It starts with a woman. She’s beautiful, and wears an exquisite shimmering gold dress. As she walks forward, musing about history, a length of satin falls from the ceiling. She begins climbing it with an expression of ecstasy. Near the top, she pauses to rip off a necklace of golden pearls, then emerges on the building’s roof.
“J’adore, Dior,” she says. We see a bottle of perfume.
“Don’t overthink it,” advises Adweek.
The commercial is Dior’s “The Future is Gold,” starring Charlize Theron, to promote its perfume J’adore. The dream-like plot, heavy-handed-yet-vague symbology, and confusing, pseudo-profound monologue are familiar—the basic, nonsensical ingredients of any fragrance commercial.
These ads, usually featuring mega-celebrities, cost millions of dollars to produce. The brands behind them are considered taste leaders in their industries, and enlist star directors from Martin Scorcese to Baz Luhrmann. So why are perfume ads so bafflingly weird? There are actually several perfectly logical reasons.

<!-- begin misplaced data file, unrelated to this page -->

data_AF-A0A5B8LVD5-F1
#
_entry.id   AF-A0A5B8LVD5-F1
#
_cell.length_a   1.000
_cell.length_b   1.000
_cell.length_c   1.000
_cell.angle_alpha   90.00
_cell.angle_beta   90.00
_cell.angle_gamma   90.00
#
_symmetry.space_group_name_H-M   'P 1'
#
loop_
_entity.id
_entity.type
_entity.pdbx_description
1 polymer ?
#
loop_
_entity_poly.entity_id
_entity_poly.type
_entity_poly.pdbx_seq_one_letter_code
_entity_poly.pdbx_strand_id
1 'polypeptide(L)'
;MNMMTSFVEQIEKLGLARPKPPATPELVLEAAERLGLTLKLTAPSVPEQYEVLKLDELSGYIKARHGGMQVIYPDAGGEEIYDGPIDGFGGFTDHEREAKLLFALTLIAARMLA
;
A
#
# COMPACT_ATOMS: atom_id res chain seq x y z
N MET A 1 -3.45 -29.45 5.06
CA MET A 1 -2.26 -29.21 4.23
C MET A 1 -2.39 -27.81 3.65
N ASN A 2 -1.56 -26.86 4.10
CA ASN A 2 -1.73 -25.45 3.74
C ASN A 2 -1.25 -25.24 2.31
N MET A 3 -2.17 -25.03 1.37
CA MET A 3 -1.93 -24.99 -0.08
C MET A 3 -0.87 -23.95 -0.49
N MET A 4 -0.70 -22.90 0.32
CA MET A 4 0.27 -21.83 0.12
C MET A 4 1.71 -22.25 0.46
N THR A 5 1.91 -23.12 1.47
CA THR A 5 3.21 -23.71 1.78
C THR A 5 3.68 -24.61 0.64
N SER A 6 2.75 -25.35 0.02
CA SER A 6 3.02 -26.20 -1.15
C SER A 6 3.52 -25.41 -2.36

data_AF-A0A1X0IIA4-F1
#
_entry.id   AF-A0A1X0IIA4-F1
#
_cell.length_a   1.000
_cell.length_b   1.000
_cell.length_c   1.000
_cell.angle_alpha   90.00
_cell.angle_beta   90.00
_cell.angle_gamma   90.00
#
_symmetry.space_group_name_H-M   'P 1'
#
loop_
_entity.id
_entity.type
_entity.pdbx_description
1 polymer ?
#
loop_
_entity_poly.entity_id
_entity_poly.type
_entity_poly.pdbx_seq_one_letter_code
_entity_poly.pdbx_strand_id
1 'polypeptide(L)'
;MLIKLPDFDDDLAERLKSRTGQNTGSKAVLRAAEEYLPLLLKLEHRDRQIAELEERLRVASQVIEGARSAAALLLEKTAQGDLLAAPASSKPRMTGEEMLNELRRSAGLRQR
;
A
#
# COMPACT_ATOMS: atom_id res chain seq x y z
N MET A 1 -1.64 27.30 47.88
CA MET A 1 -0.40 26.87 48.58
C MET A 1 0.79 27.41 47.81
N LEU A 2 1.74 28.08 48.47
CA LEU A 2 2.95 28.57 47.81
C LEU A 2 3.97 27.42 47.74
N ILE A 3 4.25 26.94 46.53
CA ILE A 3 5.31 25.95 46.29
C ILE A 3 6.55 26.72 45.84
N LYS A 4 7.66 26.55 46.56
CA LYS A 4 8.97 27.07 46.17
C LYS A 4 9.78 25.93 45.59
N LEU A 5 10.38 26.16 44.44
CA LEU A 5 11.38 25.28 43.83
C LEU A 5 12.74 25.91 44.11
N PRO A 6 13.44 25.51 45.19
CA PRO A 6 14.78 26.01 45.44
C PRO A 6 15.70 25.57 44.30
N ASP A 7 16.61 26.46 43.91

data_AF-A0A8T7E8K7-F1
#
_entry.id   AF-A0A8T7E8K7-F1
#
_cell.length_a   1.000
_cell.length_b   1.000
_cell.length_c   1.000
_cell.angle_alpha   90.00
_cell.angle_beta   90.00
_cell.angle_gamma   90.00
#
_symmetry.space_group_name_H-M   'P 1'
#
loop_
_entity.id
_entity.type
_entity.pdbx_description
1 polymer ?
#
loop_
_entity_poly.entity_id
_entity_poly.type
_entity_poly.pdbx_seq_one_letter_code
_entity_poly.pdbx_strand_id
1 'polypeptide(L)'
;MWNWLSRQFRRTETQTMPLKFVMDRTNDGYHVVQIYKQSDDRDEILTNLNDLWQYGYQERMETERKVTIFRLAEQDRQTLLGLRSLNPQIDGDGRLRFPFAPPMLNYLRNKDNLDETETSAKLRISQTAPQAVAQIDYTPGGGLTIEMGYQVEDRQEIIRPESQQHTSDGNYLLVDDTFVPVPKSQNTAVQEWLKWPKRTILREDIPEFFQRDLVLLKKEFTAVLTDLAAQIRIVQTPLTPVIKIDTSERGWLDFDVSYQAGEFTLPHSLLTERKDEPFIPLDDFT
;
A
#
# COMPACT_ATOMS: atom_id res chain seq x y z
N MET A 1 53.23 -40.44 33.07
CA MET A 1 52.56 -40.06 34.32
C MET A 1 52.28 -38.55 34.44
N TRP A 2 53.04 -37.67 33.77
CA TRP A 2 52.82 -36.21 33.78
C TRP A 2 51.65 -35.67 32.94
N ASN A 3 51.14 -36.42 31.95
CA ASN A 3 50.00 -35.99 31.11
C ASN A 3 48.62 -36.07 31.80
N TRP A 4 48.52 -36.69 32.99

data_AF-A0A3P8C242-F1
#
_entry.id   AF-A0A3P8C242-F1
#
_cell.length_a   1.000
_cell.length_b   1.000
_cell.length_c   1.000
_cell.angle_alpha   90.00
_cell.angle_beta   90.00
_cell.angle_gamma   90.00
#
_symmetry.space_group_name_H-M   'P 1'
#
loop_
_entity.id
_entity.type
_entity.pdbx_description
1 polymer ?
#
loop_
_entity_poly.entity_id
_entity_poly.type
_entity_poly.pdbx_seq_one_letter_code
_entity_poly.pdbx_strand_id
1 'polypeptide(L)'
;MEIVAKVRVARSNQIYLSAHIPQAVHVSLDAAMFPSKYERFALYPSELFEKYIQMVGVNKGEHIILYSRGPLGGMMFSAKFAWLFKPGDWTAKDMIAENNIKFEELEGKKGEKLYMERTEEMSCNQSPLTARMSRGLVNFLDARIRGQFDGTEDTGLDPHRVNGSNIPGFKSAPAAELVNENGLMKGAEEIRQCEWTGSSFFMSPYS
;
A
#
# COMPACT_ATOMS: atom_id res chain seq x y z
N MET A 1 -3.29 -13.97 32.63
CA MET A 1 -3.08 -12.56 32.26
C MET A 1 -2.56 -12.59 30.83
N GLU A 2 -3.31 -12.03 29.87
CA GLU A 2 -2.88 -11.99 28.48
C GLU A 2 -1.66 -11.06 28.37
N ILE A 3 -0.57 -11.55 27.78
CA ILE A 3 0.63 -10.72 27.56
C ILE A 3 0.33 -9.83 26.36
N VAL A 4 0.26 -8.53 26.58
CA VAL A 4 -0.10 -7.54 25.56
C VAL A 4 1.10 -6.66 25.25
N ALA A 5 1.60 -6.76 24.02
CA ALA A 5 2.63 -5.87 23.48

Perfume doesn’t do anything…
Most commercials show people happily using the product, to successful effect: a shiny-clean floor, lusciously curled hair, the envious gaze upon an imposing new car. But how do you show the effect of perfume?
“A fragrance doesn’t do anything,” said Robert Green, vice president of advertising for Calvin Klein Cosmetics, in a 1991 interview with the New York Times. ”It doesn’t stop wetness. It doesn’t unclog your drain.”
That uselessness is a challenge for marketers. If you can’t show what a product does, you have to find another way to sell it. And playing to feelings is often your best bet.
…but it taps into our emotional centers
Scents have one advantage in that regard. Our sense of smell is strongly tied to our emotions and sexual desires. Smells are inherently neutral to us, but we can create deep emotional connections to various smells.